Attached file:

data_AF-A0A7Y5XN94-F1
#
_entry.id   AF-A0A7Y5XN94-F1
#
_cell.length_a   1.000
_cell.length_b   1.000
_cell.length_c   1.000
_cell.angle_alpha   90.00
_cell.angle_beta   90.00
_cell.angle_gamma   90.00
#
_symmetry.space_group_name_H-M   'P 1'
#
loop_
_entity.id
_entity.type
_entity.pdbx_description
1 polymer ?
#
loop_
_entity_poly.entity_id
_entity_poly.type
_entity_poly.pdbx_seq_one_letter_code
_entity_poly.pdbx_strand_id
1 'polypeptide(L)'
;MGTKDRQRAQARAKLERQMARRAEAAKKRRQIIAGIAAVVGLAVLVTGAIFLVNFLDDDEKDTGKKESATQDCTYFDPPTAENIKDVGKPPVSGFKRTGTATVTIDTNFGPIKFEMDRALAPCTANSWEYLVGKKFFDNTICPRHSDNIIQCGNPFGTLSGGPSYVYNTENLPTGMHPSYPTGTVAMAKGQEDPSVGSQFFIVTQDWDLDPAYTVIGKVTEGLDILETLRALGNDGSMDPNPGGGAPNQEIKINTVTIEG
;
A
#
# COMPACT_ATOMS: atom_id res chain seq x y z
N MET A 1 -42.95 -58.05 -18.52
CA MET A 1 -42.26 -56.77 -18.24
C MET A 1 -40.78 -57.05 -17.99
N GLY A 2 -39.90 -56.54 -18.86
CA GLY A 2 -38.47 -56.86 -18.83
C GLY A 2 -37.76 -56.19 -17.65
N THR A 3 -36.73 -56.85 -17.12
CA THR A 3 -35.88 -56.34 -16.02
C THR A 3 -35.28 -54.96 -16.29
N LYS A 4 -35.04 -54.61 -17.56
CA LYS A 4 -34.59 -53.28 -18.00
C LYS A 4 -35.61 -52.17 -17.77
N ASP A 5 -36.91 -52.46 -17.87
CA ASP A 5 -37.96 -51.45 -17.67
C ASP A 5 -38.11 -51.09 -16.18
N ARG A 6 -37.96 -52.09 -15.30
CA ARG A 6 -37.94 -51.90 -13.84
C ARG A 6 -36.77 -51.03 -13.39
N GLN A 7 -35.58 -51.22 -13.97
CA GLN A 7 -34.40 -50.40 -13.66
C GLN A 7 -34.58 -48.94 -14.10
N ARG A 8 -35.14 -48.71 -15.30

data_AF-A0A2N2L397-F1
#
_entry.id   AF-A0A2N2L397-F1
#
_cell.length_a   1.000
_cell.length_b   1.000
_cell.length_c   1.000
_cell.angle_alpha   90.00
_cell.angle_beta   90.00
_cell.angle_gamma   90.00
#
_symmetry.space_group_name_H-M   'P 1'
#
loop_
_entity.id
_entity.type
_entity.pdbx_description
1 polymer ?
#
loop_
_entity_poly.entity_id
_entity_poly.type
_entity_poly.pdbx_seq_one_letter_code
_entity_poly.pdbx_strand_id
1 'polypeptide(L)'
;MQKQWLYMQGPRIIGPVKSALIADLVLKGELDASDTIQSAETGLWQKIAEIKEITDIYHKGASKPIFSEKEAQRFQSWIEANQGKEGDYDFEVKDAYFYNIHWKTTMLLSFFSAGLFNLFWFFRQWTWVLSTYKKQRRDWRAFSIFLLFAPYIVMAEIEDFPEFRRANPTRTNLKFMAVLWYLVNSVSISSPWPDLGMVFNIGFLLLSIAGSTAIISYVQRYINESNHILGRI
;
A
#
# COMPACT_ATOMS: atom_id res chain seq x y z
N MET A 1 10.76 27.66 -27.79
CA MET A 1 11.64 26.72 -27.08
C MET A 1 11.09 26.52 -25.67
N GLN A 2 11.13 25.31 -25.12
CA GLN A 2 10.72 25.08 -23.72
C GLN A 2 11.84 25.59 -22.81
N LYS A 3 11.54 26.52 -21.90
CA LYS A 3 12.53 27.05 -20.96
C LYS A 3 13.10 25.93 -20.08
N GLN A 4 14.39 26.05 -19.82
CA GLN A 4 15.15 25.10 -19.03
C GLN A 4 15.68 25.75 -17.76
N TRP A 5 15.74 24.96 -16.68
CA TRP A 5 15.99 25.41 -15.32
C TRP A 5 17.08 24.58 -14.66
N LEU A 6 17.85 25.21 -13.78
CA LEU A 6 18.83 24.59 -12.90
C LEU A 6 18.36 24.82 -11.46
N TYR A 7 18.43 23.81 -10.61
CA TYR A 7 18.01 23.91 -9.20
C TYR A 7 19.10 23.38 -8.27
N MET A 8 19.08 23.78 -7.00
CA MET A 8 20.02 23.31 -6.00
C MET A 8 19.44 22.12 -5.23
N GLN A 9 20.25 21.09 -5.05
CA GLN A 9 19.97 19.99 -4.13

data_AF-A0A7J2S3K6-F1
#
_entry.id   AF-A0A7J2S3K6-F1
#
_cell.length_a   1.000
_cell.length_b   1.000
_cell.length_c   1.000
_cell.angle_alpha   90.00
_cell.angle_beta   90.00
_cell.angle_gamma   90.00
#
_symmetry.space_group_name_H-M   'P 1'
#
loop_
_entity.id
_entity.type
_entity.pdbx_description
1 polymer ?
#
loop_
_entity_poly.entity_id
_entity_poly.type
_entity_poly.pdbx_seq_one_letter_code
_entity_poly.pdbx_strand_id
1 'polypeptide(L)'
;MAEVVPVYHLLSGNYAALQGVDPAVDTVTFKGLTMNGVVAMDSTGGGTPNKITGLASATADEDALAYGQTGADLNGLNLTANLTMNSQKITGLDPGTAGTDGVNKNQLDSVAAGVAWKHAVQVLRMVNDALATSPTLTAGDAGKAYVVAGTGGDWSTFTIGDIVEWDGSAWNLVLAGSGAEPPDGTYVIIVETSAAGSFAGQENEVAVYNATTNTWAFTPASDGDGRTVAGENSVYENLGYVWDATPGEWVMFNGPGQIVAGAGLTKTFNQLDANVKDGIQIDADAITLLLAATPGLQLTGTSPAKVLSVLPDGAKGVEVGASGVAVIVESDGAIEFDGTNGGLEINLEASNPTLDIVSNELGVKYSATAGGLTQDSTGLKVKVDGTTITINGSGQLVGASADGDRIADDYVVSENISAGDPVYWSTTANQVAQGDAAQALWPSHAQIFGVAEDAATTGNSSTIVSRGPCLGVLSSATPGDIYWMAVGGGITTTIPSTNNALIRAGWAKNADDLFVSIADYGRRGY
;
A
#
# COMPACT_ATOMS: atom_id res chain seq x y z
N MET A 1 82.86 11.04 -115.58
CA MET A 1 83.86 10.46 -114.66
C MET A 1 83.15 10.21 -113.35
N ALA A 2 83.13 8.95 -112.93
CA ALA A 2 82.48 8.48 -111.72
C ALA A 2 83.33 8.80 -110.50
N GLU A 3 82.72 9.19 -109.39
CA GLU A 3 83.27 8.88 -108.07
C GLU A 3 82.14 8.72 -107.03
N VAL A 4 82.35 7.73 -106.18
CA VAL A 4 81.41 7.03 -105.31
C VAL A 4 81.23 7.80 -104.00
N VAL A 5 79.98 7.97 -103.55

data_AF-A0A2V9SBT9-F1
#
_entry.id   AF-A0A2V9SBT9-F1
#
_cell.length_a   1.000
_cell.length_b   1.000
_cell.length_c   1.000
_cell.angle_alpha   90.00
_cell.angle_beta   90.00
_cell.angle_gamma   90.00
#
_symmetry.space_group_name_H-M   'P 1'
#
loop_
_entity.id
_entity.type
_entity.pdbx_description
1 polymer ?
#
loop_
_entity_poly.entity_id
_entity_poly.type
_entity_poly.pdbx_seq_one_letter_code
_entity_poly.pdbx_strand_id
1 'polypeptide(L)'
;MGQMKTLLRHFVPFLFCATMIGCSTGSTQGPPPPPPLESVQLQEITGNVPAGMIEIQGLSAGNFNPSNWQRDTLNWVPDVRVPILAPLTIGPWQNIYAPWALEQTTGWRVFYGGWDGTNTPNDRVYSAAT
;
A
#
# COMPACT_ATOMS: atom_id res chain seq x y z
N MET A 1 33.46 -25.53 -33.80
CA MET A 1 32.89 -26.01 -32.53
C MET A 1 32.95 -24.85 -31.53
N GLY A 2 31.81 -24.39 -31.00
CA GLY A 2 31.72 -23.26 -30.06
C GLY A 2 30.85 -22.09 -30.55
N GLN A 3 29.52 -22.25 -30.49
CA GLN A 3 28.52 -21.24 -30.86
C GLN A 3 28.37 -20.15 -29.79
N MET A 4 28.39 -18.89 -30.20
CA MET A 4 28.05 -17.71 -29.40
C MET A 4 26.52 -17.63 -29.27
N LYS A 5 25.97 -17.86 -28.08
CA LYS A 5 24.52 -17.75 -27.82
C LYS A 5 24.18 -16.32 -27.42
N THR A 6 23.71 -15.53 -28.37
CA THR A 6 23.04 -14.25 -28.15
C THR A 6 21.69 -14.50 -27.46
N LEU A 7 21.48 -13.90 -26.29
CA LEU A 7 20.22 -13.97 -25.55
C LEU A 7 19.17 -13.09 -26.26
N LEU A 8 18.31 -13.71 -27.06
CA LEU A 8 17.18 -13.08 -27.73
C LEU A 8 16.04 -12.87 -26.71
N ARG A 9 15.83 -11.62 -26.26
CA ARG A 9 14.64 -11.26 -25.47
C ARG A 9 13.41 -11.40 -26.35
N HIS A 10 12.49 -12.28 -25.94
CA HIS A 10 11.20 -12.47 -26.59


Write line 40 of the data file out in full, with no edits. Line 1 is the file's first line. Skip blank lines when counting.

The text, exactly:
N LYS A 4 -35.04 -54.61 -17.56